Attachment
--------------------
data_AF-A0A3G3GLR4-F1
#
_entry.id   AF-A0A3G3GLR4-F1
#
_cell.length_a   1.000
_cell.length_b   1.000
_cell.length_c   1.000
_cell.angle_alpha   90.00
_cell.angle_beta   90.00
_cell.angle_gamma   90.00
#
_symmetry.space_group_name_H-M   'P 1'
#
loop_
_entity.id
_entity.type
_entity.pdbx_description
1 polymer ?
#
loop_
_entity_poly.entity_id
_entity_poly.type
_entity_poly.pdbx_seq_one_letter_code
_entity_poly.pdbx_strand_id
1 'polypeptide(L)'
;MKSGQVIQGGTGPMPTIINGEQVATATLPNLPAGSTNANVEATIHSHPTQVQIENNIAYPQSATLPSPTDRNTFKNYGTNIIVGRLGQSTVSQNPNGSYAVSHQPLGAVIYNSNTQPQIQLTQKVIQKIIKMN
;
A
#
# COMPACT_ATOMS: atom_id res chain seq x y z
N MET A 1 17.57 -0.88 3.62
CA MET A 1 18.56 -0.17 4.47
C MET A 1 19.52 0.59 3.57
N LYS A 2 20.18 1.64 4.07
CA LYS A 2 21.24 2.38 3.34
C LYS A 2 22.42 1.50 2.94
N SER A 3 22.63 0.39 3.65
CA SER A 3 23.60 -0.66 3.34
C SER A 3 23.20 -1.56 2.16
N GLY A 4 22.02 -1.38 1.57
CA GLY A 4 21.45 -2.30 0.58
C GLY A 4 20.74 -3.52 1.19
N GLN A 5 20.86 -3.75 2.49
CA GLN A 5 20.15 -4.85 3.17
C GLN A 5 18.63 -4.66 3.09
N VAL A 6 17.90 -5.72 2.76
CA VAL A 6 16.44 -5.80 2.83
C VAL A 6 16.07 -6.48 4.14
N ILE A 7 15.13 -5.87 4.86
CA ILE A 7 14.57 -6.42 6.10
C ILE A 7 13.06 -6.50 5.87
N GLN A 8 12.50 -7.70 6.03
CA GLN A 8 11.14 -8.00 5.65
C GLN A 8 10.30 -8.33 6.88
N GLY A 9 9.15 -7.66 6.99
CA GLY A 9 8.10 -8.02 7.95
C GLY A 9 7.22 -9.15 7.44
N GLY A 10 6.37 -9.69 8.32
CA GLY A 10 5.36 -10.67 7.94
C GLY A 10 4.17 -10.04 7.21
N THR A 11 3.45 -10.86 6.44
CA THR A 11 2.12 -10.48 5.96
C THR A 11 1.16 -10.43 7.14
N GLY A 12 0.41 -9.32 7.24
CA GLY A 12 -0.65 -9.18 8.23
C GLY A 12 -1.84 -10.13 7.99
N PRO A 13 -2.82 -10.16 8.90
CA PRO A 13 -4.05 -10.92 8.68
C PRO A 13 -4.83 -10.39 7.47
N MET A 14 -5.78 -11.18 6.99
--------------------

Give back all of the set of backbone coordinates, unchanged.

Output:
data_AF-A0A3G3GLR4-F1
#
_entry.id   AF-A0A3G3GLR4-F1
#
_cell.length_a   1.000
_cell.length_b   1.000
_cell.length_c   1.000
_cell.angle_alpha   90.00
_cell.angle_beta   90.00
_cell.angle_gamma   90.00
#
_symmetry.space_group_name_H-M   'P 1'
#
loop_
_entity.id
_entity.type
_entity.pdbx_description
1 polymer ?
#
loop_
_entity_poly.entity_id
_entity_poly.type
_entity_poly.pdbx_seq_one_letter_code
_entity_poly.pdbx_strand_id
1 'polypeptide(L)'
;MKSGQVIQGGTGPMPTIINGEQVATATLPNLPAGSTNANVEATIHSHPTQVQIENNIAYPQSATLPSPTDRNTFKNYGTNIIVGRLGQSTVSQNPNGSYAVSHQPLGAVIYNSNTQPQIQLTQKVIQKIIKMN
;
A
#
# COMPACT_ATOMS: atom_id res chain seq x y z
N MET A 1 17.57 -0.88 3.62
CA MET A 1 18.56 -0.17 4.47
C MET A 1 19.52 0.59 3.57
N LYS A 2 20.18 1.64 4.07
CA LYS A 2 21.24 2.38 3.34
C LYS A 2 22.42 1.50 2.94
N SER A 3 22.63 0.39 3.65
CA SER A 3 23.60 -0.66 3.34
C SER A 3 23.20 -1.56 2.16
N GLY A 4 22.02 -1.38 1.57
CA GLY A 4 21.45 -2.30 0.58
C GLY A 4 20.74 -3.52 1.19
N GLN A 5 20.86 -3.75 2.49
CA GLN A 5 20.15 -4.85 3.17
C GLN A 5 18.63 -4.66 3.09
N VAL A 6 17.90 -5.72 2.76
CA VAL A 6 16.44 -5.80 2.83
C VAL A 6 16.07 -6.48 4.14
N ILE A 7 15.13 -5.87 4.86
CA ILE A 7 14.57 -6.42 6.10
C ILE A 7 13.06 -6.50 5.87
N GLN A 8 12.50 -7.70 6.03
CA GLN A 8 11.14 -8.00 5.65
C GLN A 8 10.30 -8.33 6.88
N GLY A 9 9.15 -7.66 6.99
CA GLY A 9 8.10 -8.02 7.95
C GLY A 9 7.22 -9.15 7.44
N GLY A 10 6.37 -9.69 8.32
CA GLY A 10 5.36 -10.67 7.94
C GLY A 10 4.17 -10.04 7.21
N THR A 11 3.45 -10.86 6.44
CA THR A 11 2.12 -10.48 5.96
C THR A 11 1.16 -10.43 7.14
N GLY A 12 0.41 -9.32 7.24
CA GLY A 12 -0.65 -9.18 8.23
C GLY A 12 -1.84 -10.13 7.99
N PRO A 13 -2.82 -10.16 8.90
CA PRO A 13 -4.05 -10.92 8.68
C PRO A 13 -4.83 -10.39 7.47
N MET A 14 -5.78 -11.18 6.99